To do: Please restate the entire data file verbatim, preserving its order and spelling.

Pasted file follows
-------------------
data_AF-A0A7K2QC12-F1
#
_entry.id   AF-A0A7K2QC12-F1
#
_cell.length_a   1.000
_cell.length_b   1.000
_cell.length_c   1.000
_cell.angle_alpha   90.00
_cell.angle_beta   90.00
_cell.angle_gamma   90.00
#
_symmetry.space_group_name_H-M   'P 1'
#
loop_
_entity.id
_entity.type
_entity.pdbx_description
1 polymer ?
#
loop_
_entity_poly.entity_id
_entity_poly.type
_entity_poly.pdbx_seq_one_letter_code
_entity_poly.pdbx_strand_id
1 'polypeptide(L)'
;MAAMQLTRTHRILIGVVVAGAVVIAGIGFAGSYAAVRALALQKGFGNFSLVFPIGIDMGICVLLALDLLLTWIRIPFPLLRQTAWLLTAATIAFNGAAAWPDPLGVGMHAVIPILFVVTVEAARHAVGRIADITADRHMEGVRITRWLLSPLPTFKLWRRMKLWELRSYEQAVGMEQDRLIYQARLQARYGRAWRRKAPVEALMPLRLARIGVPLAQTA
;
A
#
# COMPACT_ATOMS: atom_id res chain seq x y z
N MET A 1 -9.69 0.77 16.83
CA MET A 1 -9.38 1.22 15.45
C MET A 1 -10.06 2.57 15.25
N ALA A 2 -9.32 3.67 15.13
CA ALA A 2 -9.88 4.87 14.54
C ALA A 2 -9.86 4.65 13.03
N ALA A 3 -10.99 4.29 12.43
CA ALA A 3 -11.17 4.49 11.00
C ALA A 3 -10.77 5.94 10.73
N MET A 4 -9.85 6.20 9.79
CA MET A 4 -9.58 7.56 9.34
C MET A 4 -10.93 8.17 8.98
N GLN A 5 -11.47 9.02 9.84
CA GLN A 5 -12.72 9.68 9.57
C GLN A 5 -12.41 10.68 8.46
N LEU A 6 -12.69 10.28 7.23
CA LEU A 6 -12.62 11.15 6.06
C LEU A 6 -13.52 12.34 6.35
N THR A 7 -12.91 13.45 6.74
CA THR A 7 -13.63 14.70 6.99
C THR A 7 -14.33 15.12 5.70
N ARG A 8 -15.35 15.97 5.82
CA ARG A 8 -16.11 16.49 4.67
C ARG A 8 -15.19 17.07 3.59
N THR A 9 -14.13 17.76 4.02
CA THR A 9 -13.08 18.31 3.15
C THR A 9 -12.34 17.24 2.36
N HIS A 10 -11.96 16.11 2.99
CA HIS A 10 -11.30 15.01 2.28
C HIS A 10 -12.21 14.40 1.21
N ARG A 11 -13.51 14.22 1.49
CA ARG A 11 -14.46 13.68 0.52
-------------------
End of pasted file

data_AF-A0A7K2QC12-F1
#
_entry.id   AF-A0A7K2QC12-F1
#
_cell.length_a   1.000
_cell.length_b   1.000
_cell.length_c   1.000
_cell.angle_alpha   90.00
_cell.angle_beta   90.00
_cell.angle_gamma   90.00
#
_symmetry.space_group_name_H-M   'P 1'
#
loop_
_entity.id
_entity.type
_entity.pdbx_description
1 polymer ?
#
loop_
_entity_poly.entity_id
_entity_poly.type
_entity_poly.pdbx_seq_one_letter_code
_entity_poly.pdbx_strand_id
1 'polypeptide(L)'
;MAAMQLTRTHRILIGVVVAGAVVIAGIGFAGSYAAVRALALQKGFGNFSLVFPIGIDMGICVLLALDLLLTWIRIPFPLLRQTAWLLTAATIAFNGAAAWPDPLGVGMHAVIPILFVVTVEAARHAVGRIADITADRHMEGVRITRWLLSPLPTFKLWRRMKLWELRSYEQAVGMEQDRLIYQARLQARYGRAWRRKAPVEALMPLRLARIGVPLAQTA
;
A
#
# COMPACT_ATOMS: atom_id res chain seq x y z
N MET A 1 -9.69 0.77 16.83
CA MET A 1 -9.38 1.22 15.45
C MET A 1 -10.06 2.57 15.25
N ALA A 2 -9.32 3.67 15.13
CA ALA A 2 -9.88 4.87 14.54
C ALA A 2 -9.86 4.65 13.03
N ALA A 3 -10.99 4.29 12.43
CA ALA A 3 -11.17 4.49 11.00
C ALA A 3 -10.77 5.94 10.73
N MET A 4 -9.85 6.20 9.79
CA MET A 4 -9.58 7.56 9.34
C MET A 4 -10.93 8.17 8.98
N GLN A 5 -11.47 9.02 9.84
CA GLN A 5 -12.72 9.68 9.57
C GLN A 5 -12.41 10.68 8.46
N LEU A 6 -12.69 10.28 7.23
CA LEU A 6 -12.62 11.15 6.06
C LEU A 6 -13.52 12.34 6.35
N THR A 7 -12.91 13.45 6.74
CA THR A 7 -13.63 14.70 6.99
C THR A 7 -14.33 15.12 5.70
N ARG A 8 -15.35 15.97 5.82
CA ARG A 8 -16.11 16.49 4.67
C ARG A 8 -15.19 17.07 3.59
N THR A 9 -14.13 17.76 4.02
CA THR A 9 -13.08 18.31 3.15
C THR A 9 -12.34 17.24 2.36
N HIS A 10 -11.96 16.11 2.99
CA HIS A 10 -11.30 15.01 2.28
C HIS A 10 -12.21 14.40 1.21
N ARG A 11 -13.51 14.22 1.49
CA ARG A 11 -14.46 13.68 0.52